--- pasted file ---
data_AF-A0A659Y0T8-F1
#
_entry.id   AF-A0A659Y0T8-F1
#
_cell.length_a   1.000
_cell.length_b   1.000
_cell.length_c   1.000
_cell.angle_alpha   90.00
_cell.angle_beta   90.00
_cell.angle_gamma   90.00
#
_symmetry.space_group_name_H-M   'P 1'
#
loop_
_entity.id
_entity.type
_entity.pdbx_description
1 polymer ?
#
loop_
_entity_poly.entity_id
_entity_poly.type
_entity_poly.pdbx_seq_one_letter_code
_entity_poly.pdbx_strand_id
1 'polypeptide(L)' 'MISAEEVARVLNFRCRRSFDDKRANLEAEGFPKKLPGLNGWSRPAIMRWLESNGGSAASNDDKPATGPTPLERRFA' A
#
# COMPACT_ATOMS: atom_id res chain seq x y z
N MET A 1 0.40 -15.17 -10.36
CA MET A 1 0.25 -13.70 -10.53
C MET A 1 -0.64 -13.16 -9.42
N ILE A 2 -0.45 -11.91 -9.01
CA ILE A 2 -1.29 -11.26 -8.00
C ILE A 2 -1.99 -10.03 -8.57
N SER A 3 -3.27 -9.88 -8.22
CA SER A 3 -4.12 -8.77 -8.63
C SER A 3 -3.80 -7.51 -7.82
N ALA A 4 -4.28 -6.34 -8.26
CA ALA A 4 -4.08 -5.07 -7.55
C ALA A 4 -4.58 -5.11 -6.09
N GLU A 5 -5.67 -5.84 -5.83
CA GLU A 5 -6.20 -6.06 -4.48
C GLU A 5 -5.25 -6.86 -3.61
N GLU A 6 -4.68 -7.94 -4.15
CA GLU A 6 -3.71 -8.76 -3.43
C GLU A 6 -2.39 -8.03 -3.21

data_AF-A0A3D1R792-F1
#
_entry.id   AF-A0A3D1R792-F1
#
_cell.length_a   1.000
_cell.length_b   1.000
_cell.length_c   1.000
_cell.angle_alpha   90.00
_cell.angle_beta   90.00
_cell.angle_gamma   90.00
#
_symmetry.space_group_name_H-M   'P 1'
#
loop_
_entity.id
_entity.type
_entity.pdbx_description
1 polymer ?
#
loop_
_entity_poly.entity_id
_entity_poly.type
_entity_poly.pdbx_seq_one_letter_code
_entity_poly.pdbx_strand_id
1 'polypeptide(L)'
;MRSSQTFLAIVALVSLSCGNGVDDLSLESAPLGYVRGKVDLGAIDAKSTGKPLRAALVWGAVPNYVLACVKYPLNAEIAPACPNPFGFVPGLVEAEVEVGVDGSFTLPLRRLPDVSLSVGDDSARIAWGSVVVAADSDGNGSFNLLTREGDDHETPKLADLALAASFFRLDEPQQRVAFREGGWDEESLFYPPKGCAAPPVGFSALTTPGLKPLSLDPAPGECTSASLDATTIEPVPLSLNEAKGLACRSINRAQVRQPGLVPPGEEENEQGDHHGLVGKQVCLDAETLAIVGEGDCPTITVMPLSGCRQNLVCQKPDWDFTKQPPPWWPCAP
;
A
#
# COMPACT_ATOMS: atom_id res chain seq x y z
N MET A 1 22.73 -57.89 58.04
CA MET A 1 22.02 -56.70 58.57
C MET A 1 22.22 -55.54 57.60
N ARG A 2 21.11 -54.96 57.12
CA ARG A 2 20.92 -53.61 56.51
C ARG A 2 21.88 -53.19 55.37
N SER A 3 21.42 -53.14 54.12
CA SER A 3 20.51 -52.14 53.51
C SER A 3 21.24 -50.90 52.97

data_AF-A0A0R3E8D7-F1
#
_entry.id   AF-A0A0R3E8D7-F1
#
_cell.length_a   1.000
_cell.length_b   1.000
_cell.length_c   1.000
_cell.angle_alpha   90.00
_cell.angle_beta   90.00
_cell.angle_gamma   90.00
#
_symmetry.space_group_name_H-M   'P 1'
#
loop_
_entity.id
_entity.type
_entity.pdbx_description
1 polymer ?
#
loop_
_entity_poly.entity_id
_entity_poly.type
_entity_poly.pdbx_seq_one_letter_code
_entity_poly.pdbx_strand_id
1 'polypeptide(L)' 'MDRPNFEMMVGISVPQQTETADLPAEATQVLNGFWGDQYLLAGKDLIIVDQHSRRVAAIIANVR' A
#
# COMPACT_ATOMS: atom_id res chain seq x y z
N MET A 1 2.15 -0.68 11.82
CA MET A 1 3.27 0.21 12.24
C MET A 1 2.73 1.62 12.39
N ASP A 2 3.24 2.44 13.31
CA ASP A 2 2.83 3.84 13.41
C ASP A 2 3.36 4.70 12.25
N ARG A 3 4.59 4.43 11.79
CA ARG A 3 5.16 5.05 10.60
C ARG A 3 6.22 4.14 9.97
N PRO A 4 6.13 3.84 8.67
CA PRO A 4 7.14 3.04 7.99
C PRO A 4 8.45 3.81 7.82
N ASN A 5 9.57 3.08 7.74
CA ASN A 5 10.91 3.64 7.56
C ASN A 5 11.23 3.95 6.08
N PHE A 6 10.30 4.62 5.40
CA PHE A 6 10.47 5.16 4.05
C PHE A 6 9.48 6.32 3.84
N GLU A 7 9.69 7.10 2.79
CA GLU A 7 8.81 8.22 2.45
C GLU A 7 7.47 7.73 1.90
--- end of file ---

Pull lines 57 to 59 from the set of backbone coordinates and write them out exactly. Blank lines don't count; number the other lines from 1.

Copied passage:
_symmetry.space_group_name_H-M   'P 1'
#
loop_